Less than a month after an historic joint sitting of the Full Federal Court of Australia and NSW Court of Appeal, decisions have been handed down by both Courts, confirming the validity of ‘common fund orders’ in class action proceedings.1
In February 2019, a two-day hearing was conducted before three judges of the Full Federal Court and three judges of the NSW Court of Appeal relating to two class actions:
- a proceeding in the NSW Supreme Court against BMW Australia relating to allegations concerning faulty airbags (Brewster); and
- a proceeding in the Federal Court against Westpac relating to allegations of overcharging under life insurance policies (Lenthall).
Although involving unrelated claims, both proceedings had given rise at around the same time to a question regarding the power of those Courts to make common fund orders. On account of the ‘considerable overlap’ in the issues to be addressed in the two proceedings, the Chief Justice of the Federal Court, the Chief Justice of the NSW Supreme Court and the President of the NSW Court of Appeal agreed to conduct an historic joint sitting to hear the matters.
Both BMW and Westpac challenged the power of the Court to make common fund orders, running similar arguments relating to the interpretation of the statutory provisions under which common fund orders have been made previously, as well as constitutional arguments.
A ‘common fund order’ essentially requires those participating in a class action to contribute a percentage of any settlement or judgment amount that may result from the litigation to a third party litigation funder, regardless of whether the class member has entered into a funding agreement with the funder.
Both challenges were unsuccessful, and the decisions confirm the power of the Federal Court and the NSW Supreme Court to make common fund orders in class action proceedings.
Will we see more joint sittings?
The two-day hearing was conducted in a courtroom of the NSW Registry of the Federal Court on 4-5 February 2019, and the separate unanimous judgments were delivered on 1 March 2019, less than a month later.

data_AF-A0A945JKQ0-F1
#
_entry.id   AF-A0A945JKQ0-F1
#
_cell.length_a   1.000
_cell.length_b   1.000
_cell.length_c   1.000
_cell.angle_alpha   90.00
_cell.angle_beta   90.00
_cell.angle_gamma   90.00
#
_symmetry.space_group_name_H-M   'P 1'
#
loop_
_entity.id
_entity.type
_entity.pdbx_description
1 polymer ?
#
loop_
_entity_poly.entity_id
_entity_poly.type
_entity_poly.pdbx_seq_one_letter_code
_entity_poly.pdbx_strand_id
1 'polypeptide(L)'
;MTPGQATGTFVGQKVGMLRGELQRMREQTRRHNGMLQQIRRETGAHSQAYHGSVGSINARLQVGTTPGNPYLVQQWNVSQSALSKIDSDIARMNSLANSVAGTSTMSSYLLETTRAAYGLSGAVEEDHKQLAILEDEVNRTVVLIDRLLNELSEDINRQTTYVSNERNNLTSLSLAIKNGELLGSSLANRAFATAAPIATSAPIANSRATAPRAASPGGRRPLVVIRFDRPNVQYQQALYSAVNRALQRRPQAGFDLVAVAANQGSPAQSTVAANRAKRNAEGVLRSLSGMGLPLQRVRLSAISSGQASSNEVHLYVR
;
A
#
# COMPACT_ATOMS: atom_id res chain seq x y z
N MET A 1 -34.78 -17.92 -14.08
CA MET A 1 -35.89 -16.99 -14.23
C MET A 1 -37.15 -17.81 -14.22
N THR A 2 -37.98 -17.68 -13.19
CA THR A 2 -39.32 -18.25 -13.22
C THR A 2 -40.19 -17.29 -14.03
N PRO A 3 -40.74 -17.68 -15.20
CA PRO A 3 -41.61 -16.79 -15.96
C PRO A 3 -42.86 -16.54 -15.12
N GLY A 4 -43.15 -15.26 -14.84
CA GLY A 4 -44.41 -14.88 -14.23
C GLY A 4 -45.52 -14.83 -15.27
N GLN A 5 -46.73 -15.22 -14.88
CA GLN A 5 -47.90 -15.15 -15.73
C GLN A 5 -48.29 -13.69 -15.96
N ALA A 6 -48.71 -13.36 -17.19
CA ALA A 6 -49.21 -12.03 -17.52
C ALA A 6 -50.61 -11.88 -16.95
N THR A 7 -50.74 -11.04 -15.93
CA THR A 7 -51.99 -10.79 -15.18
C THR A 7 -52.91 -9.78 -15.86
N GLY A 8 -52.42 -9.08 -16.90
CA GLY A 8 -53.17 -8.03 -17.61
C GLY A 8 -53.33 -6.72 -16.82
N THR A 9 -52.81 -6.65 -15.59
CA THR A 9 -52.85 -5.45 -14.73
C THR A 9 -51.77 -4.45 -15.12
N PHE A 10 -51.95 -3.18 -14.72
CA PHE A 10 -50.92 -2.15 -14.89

The unusual joint sitting demonstrates a proactive and cooperative approach by the Courts to managing issues arising in circumstances where different jurisdictions with class action regimes are considering similar questions at around the same time.
A similar cooperative approach is evident in the November 2018 decision of the Chief Justices of the Federal Court and NSW Supreme Court to enter a protocol for working together to address the issues raised when competing class actions are filed in both jurisdictions at around the same time.2 In its January 2019 report, the Australian Law Reform Commission has recommended that the Supreme Courts of States and Territories with class action procedures consider joining that protocol.3
Consequences for class actions
The decisions in Brewster and Lenthall are significant for a couple of reasons.
First, the decisions strongly confirm the validity of common fund orders, preserving what has been an important feature of the Australian class action landscape since the first common fund order was made by the Full Federal Court in Money Max4 in late 2016. It remains to be seen whether BMW and/or Westpac seek to appeal these decisions to the High Court.
Second, the joint sitting mechanism adopted in these decisions has operated smoothly and may become a model for further cooperation between courts overseeing the functioning of the Australian class action regimes, assisting the development of a more uniform, more efficient approach across the jurisdictions.
- Westpac Banking Corporation v Lenthall  FCAFC 34; Brewster v BMW Australia Ltd  NSWCA 35.
- Bathurst CJ and Allsop CJ, Protocol for Communication and Cooperation Between Supreme Court of New South Wales and Federal Court of Australia in Class Action Proceedings (November 2018).
- ALRC, Final Report: Integrity, Fairness and Efficiency – An Inquiry into Class Action Proceedings and Third-Party Litigation Funders (January 2019).
- Money Max Int Pty Ltd (Trustee) v QBE Insurance Group Limited  FCAFC 148.
The contents of this publication are for reference purposes only and may not be current as at the date of accessing this publication. They do not constitute legal advice and should not be relied upon as such. Specific legal advice about your specific circumstances should always be sought separately before taking any action based on this publication.
© Herbert Smith Freehills 2021